Limited to the parties involved in the proceedings

Court decisions, even decisions by the Dutch Supreme Court, are not binding on courts when deciding future cases. However, the Code of Civil Procedure prevents parties from litigating twice on the same legal issue. The principle that a final judgment of a competent court is conclusive upon the parties in any subsequent litigation involving the same cause of action is known as ‘res judicata ’.

A Dutch court case is described below illustrating this principle: Utrecht District Court of 19 March 2009 (NJF 2009/291).

In initial litigation, the claimant had sought payment of certain contractual penalties. The Court of Appeals rejected the claim on two separate grounds, the first being that under its interpretation of the agreement the claimant was not entitled to penalties for this particular shortcoming and secondly that the claimant had never issued a notice of default, thus the defendant had never been in default. The second argument was introduced with the word ‘moreover’ (in Dutch: bovendien).

The claimant then brought a new claim for different penalties, one which was not covered by the finding of the Court of Appeals in respect of the interpretation of the agreement, but by the finding that the defendant had never been in default.

The claimant argued that the second argument that the Court had used to reject the claim in the first litigation was not necessary, considering the first argument, and should therefore qualify as an obiter dictum, i.e. a finding that does not ‘carry’ the decision, and should therefore have no binding effect. The Utrecht District Court made short work of that argument: neither the use of the word ‘moreover’ nor the fact that there was another, preceding argument, for rejecting the claim, was any reason to qualify the second argument as an obiter dictum without binding effect. The claim in the second litigation was therefore rejected without any discussion on the merits of the case.

The binding effect of a judgment is limited to the parties which have been involved in the proceedings that resulted in the judgment. As far as the subjective scope of the binding effect (res judicata) is concerned: the subjective scope of a judgment is in principle limited to the parties involved in the proceedings which resulted in that judgment and their successors.

In a foreign case the subjective scope of judgments rendered in for instance Curaçao will be determined in accordance with the law of that particular jurisdiction, not by Curaçao law.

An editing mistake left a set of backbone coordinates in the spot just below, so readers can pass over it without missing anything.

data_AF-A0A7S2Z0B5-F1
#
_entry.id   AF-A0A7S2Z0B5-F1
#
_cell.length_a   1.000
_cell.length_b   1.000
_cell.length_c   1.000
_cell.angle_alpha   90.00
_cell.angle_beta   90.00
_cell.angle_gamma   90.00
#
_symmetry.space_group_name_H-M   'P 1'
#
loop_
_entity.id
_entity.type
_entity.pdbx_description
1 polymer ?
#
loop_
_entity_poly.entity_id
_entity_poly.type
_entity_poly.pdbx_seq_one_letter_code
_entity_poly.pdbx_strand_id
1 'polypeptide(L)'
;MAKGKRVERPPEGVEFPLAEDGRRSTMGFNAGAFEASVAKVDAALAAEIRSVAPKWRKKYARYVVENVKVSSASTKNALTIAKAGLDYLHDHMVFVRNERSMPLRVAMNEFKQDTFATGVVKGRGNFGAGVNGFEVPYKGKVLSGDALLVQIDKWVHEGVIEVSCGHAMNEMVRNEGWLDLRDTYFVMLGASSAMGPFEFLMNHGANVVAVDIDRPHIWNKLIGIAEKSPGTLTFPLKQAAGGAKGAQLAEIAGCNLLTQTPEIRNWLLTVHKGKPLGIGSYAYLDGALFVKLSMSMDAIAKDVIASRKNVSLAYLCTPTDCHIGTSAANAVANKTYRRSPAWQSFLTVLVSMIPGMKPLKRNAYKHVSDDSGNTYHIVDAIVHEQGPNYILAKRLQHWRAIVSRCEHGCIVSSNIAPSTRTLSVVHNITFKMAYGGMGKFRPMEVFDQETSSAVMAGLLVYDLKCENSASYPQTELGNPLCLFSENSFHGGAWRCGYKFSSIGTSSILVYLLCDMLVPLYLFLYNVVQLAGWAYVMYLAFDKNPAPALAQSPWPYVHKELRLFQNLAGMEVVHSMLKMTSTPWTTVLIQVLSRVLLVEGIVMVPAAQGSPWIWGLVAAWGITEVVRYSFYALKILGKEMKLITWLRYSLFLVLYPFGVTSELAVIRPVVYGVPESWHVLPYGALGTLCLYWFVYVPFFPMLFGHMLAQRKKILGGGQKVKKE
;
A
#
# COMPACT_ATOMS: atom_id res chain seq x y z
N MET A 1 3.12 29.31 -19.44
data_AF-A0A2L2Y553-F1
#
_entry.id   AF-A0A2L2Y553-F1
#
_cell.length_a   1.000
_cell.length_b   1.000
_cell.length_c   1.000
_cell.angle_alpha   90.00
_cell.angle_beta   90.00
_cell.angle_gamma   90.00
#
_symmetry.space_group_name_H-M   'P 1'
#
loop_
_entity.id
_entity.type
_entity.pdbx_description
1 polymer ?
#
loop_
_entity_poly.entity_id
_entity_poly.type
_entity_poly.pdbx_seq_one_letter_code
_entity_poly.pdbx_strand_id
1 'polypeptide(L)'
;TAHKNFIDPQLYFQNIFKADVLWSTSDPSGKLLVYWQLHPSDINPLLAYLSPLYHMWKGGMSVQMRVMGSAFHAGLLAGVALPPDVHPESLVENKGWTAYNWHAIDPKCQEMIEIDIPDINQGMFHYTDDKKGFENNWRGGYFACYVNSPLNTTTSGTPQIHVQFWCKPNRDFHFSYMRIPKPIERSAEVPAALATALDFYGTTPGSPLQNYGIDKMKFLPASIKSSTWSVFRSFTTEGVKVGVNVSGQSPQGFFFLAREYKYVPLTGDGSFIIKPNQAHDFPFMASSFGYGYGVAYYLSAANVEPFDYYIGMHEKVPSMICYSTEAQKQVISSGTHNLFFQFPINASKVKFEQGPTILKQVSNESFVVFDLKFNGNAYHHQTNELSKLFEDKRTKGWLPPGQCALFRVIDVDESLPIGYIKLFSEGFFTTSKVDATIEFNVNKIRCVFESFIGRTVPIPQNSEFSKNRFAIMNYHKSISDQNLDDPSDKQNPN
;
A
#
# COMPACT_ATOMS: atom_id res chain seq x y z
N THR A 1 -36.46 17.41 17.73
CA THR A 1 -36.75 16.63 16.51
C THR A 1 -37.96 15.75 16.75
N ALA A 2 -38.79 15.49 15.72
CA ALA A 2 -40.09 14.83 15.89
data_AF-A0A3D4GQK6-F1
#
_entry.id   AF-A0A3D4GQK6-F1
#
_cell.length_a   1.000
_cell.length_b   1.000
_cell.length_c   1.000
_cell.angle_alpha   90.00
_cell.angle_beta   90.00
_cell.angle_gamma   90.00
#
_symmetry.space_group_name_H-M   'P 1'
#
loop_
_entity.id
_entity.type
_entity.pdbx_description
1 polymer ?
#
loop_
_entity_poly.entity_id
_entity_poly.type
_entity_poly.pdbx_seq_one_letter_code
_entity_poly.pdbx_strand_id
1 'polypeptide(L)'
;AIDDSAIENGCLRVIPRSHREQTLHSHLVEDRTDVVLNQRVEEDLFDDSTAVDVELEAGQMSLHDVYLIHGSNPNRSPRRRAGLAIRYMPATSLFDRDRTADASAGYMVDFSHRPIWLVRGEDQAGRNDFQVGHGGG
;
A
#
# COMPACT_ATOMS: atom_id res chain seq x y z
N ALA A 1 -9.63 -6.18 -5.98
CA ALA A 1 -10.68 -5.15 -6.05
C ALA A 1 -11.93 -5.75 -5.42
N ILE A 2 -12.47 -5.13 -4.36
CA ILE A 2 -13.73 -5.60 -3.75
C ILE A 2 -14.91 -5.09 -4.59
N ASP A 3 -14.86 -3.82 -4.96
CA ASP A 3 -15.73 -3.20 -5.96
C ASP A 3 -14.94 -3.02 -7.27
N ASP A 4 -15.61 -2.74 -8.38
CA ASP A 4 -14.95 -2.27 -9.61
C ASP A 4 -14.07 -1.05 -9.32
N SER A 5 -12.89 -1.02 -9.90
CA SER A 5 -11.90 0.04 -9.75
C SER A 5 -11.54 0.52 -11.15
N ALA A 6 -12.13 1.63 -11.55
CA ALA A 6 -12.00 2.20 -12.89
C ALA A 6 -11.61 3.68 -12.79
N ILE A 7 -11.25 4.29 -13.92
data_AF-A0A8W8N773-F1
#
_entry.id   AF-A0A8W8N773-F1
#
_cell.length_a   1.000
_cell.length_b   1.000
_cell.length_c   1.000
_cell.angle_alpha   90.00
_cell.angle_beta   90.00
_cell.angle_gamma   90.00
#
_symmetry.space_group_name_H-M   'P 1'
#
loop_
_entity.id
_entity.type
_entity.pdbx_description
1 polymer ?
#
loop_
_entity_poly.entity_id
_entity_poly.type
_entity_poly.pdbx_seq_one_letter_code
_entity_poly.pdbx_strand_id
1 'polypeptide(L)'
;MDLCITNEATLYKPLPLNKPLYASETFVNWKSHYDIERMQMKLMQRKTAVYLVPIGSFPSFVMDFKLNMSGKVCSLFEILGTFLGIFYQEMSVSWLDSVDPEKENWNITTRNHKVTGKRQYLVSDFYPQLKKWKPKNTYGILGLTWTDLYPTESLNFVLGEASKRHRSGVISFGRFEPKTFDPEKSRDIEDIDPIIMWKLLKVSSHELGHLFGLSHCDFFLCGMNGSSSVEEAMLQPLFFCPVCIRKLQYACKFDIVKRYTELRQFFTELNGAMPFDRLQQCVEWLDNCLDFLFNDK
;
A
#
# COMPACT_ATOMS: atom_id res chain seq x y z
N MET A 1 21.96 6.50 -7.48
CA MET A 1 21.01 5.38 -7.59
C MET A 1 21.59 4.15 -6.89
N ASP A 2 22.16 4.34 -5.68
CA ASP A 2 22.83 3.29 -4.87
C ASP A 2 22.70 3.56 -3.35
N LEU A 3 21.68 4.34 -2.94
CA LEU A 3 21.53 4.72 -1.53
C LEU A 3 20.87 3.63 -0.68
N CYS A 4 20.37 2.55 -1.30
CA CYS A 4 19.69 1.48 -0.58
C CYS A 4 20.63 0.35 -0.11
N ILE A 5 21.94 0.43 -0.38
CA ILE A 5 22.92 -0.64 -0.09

Under the laws of the Dutch Caribbean, a decision regarding (for instance) the contents of the law does have binding effect, subject to the limitation that it should concern the same case, i.e.: if in proceedings between two parties the Court would decide on a particular interpretation of a statutory provision, such a decision would not be binding in subsequent proceedings concerning a different matter, but would be binding in subsequent proceedings (in the Kingdom of the Netherlands) concerning the same case.

Under Dutch Caribbean law, findings by the Court which do not contribute to the resolution by the Court cannot have binding effect.

It is a standard rule in Dutch Caribbean civil proceedings that if one party takes a certain position in respect of the facts and the other party fails to contest that position, that the court will accept the first party’s position. In other words, if one party states a fact and it is not contested by the other party, such fact would be deemed true. The statement by the Court that a party failed to contest a certain position, is equivalent to that position being established by the Court. A conclusion reached after extensive debate has, for instance, just as much binding effect (res judicata) as one reached because the other party failed to contest the underlying facts. Even a default judgment has binding effect. Judgments in proceedings on the merits which are no longer subject to an ordinary legal remedy acquire res judicata under the Dutch Caribbean Codes of Civil Procedure, i.e. they have binding effect in subsequent proceedings between the same parties regarding the same legal matter.

Karel Frielink
(Attorney/Lawyer, Partner)

(2 March 2016)


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